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Pepsi Accused of Copying an AAPI Brand and Launching It on Heritage Month

Pepsi

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    A Filipino American entrepreneur has accused Pepsi of forcing her company to change its name and plagiarizing their product while claiming to support women-led small businesses.

    To add to the insult, Celeste Perez, who co-founded Droplet, said a Pepsi employee bought their drink before the beverage giant launched a similar version right on Asian Pacific American Heritage Month.

    What happened: Perez said it all started in January 2020 when Pepsi legally forced her team to change their brand, Dewdrop, because it might be confused with Mtn Dew.

    • By August, Dewdrop had given in to all of Pepsi’s demands, abandoning trademark filings and changing its name to Droplet to avoid further harassment and legal fees.
    • Perez said they pursued all these changes despite the U.S. Patent and Trademark Office (USPTO) saying Dewdrop would not be in conflict with Mtn Dew.
    • Droplet thought everything had been settled until February of this year when a Pepsi employee sampled their product as a way of “supporting small businesses.”
    • To Perez and her team’s horror, Pepsi released its latest drink called Soulboost last week, which allegedly resembled their own product.

     

    View this post on Instagram

     

    A post shared by Soulboost (@getsoulboost)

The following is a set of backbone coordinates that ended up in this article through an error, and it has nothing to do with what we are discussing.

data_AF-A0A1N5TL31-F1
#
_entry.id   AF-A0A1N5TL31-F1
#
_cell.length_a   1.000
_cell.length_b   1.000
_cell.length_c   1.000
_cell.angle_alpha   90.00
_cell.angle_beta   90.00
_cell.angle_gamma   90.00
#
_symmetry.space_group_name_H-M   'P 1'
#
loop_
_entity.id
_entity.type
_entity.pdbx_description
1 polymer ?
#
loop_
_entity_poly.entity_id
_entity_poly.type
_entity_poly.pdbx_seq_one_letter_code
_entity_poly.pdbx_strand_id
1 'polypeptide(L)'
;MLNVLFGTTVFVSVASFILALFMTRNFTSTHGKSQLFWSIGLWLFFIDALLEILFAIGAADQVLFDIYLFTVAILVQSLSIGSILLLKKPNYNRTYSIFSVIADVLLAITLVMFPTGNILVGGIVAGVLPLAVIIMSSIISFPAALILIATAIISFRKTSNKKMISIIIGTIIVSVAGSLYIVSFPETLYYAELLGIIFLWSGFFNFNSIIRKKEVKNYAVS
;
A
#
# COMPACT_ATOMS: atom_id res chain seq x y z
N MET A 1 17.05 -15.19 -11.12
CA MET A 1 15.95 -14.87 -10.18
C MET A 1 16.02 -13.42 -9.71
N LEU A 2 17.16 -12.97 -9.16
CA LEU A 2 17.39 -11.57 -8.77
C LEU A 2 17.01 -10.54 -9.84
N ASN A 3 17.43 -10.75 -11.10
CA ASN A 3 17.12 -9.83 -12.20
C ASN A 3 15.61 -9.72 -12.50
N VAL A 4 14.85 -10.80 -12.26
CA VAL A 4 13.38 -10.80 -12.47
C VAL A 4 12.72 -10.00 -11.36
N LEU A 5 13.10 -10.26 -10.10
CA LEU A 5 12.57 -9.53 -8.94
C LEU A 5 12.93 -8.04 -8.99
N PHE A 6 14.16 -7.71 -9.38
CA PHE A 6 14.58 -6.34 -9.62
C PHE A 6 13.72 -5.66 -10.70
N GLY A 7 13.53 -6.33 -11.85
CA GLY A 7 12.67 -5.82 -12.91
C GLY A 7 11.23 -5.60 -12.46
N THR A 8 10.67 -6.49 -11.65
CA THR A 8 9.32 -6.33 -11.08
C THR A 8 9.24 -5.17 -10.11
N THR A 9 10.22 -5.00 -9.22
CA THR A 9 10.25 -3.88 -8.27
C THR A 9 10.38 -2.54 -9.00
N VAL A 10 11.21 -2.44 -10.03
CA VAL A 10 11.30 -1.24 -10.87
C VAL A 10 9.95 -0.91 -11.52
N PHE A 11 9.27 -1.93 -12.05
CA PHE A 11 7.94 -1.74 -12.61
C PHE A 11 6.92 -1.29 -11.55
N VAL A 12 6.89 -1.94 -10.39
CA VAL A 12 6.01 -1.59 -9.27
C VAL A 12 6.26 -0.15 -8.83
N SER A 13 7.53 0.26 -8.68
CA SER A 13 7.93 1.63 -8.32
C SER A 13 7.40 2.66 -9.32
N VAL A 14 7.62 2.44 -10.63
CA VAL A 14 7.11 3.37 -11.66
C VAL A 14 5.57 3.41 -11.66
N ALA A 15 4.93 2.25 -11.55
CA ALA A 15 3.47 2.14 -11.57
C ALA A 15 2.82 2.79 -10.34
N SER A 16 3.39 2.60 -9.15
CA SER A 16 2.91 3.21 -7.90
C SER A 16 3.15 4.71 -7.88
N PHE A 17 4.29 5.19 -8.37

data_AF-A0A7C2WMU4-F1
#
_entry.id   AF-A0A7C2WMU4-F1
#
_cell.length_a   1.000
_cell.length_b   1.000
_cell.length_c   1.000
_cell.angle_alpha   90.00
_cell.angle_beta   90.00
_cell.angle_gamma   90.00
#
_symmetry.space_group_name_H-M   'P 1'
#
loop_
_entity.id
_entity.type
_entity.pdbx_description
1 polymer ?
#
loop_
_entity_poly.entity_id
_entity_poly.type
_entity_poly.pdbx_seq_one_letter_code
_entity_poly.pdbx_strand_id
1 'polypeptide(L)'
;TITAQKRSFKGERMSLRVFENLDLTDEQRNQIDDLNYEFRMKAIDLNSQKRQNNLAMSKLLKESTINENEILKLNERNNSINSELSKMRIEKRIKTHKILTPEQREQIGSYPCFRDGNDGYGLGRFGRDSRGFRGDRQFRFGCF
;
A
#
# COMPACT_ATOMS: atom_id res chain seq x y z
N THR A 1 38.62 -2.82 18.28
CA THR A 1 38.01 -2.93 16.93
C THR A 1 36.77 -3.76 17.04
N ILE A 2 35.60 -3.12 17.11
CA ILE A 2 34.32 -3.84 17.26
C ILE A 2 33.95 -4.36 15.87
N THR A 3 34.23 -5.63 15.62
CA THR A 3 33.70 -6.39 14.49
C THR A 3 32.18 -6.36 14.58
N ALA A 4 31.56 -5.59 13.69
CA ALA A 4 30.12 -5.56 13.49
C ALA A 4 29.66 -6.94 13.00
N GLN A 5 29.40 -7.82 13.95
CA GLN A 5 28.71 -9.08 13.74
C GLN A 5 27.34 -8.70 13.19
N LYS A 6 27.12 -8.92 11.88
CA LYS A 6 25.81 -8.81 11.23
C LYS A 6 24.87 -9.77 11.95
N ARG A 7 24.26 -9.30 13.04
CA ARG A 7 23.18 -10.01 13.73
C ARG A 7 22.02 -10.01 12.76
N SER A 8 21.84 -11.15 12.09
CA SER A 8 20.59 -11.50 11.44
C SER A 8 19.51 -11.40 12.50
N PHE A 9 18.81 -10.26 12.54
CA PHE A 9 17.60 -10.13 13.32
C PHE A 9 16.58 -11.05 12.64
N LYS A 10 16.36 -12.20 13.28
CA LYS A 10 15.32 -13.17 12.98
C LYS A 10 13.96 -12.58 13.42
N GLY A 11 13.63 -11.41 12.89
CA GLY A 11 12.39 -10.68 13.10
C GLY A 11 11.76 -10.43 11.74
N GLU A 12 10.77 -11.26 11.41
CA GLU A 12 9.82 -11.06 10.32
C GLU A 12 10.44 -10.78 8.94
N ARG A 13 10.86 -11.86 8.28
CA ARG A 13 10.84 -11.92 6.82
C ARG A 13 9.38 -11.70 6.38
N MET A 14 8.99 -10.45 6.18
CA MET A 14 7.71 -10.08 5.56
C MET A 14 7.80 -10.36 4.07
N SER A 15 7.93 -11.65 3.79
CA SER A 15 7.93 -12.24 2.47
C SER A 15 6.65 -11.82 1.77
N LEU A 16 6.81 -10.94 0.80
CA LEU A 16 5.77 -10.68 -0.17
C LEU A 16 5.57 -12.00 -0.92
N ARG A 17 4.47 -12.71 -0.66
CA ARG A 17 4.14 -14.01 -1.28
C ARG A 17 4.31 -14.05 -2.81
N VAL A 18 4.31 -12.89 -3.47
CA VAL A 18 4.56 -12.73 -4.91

Alleged plagiarism: After Soulboost’s launch, Perez immediately compared it with Droplet and found glaring similarities.

    • For one, the text in Soulboost’s marketing posts and Dewdrop’s original logo apparently use the same typeface.
    • Perez noticed similarities between Soulboost’s press release and a Droplet feature story, as well as in both products’ websites and actual cans.
    • “It felt like they watched all our pitches, read all of our interviews, studied our website and took notes,” Perez wrote in her Instagram exposé.
    • Perez also felt that Soulboost used Droplet’s product guide for its social media voice, having used the phrase “look good, feel good” in one of its posts.

    Pepsi’s response: Without naming any entity, Pepsi denied allegations of plagiarism in an Instagram post on Tuesday.

    • According to the company, Soulboost has been “a labor of love” from its Innovation team for two years.
    • Pepsi said that it filed to register the trademark in summer 2019 and subsequently completed both product and design, which was “original, existing artwork we licensed from an independent artist.”
    • The beverage giant claimed that there is “simply no merit” to any claims of inspiration because Soulboost was “built on consumer insights and the accelerating trend of functional products.”
    • The company confirmed that it took action against the Mtw Dew trademark infringement but pointed out that protecting the brand and creating Soulboost are occurrences that “live completely independently.”

    Perez said many have asked Droplet about its next move, but their hands are simply tied. She said she can only hope for consumers to believe in authenticity.

    “All of Droplet came from who we are, what we believe in, and the ingredients and traditions we have always appreciated and grew up around,” she noted. “That’s the part that hurts the most — these were our words, our creations, a little bit of our own souls out there doing the work.”

    Featured Images via Droplet (left), Soulboost / Pepsi (right)

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